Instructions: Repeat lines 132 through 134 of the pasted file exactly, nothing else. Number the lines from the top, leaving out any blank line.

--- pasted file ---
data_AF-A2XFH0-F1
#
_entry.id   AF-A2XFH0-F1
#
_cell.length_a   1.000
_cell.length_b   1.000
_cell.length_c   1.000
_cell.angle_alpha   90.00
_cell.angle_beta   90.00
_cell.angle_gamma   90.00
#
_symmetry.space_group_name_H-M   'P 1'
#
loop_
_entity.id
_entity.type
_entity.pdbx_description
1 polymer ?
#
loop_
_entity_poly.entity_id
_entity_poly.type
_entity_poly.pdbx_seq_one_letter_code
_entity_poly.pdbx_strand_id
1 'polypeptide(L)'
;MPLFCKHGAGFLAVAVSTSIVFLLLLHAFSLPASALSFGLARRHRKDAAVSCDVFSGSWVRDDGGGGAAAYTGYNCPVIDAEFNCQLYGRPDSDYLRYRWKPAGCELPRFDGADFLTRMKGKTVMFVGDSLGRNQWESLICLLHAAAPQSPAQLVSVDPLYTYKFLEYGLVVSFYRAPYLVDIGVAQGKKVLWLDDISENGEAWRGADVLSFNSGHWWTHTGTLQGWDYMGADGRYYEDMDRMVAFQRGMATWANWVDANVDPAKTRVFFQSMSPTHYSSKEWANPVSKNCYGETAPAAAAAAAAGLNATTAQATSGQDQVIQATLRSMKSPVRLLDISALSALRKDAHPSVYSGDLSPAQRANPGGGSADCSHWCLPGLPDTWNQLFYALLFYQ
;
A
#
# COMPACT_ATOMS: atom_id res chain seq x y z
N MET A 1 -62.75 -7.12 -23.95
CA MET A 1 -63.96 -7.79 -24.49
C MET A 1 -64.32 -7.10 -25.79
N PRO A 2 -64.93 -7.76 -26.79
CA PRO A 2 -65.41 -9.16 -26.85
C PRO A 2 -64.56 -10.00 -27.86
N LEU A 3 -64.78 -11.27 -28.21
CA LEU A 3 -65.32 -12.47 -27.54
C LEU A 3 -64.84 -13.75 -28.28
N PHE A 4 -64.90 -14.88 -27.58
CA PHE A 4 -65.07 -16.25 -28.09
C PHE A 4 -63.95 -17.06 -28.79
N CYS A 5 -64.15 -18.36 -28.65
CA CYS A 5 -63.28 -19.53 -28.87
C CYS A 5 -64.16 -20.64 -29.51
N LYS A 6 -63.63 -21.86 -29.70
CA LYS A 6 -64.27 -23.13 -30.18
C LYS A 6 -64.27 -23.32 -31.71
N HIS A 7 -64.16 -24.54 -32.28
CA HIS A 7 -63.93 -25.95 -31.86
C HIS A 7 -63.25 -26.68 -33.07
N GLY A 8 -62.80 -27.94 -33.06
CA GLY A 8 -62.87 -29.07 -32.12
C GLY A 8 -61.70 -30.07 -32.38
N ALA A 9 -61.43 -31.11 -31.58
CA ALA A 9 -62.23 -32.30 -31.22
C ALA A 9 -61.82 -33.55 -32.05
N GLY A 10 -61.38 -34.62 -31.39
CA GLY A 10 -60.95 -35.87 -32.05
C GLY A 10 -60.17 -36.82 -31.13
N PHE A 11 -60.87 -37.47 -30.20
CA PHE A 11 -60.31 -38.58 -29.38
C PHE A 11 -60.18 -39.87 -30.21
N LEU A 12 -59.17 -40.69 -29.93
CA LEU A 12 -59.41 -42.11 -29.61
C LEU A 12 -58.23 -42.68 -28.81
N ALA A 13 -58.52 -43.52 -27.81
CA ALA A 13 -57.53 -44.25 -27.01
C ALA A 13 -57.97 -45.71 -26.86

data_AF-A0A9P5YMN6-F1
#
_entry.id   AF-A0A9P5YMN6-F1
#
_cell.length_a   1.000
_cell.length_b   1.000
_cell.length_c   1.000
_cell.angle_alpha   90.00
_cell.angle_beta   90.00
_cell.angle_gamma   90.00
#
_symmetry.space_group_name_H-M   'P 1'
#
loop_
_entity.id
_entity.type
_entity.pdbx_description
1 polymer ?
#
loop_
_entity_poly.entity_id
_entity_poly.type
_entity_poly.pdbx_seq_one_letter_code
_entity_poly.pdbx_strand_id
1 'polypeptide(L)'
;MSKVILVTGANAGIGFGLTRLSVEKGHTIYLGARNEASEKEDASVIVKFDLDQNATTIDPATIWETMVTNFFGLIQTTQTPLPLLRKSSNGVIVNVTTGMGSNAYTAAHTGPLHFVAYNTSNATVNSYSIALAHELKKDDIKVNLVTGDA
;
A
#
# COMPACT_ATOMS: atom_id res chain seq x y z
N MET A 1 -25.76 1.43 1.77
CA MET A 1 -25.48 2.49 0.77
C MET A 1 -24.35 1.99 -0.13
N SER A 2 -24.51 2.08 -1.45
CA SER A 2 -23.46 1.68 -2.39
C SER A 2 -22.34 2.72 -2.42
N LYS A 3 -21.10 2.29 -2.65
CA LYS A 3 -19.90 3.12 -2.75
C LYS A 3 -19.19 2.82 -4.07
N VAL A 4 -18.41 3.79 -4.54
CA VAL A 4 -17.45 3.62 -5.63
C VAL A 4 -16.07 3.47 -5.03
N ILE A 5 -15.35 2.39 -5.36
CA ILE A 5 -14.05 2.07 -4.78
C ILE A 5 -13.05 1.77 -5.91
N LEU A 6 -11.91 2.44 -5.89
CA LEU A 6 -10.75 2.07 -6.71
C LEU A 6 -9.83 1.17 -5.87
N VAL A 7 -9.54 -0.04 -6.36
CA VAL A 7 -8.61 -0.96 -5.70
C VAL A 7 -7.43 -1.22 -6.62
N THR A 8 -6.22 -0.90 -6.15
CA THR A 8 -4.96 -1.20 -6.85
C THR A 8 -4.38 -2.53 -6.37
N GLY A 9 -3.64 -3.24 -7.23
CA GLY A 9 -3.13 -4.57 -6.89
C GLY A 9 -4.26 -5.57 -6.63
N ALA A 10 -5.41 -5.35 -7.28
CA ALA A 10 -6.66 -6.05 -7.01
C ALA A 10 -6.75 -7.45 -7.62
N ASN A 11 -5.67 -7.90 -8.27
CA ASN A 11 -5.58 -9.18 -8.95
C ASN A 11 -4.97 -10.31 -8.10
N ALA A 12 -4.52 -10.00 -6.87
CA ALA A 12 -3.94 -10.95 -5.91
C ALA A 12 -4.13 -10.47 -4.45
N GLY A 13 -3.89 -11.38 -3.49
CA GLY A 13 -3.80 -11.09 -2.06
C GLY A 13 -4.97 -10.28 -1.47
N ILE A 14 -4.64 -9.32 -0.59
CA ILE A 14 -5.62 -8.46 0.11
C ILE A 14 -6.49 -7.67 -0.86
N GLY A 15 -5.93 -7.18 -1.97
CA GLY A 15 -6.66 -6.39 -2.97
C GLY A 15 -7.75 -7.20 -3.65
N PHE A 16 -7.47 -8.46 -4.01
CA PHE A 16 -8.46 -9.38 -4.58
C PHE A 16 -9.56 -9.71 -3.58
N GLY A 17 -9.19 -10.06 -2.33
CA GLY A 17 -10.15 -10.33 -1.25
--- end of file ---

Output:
C ASN A 11 -4.97 -10.31 -8.10
N ALA A 12 -4.52 -10.00 -6.87
CA ALA A 12 -3.94 -10.95 -5.91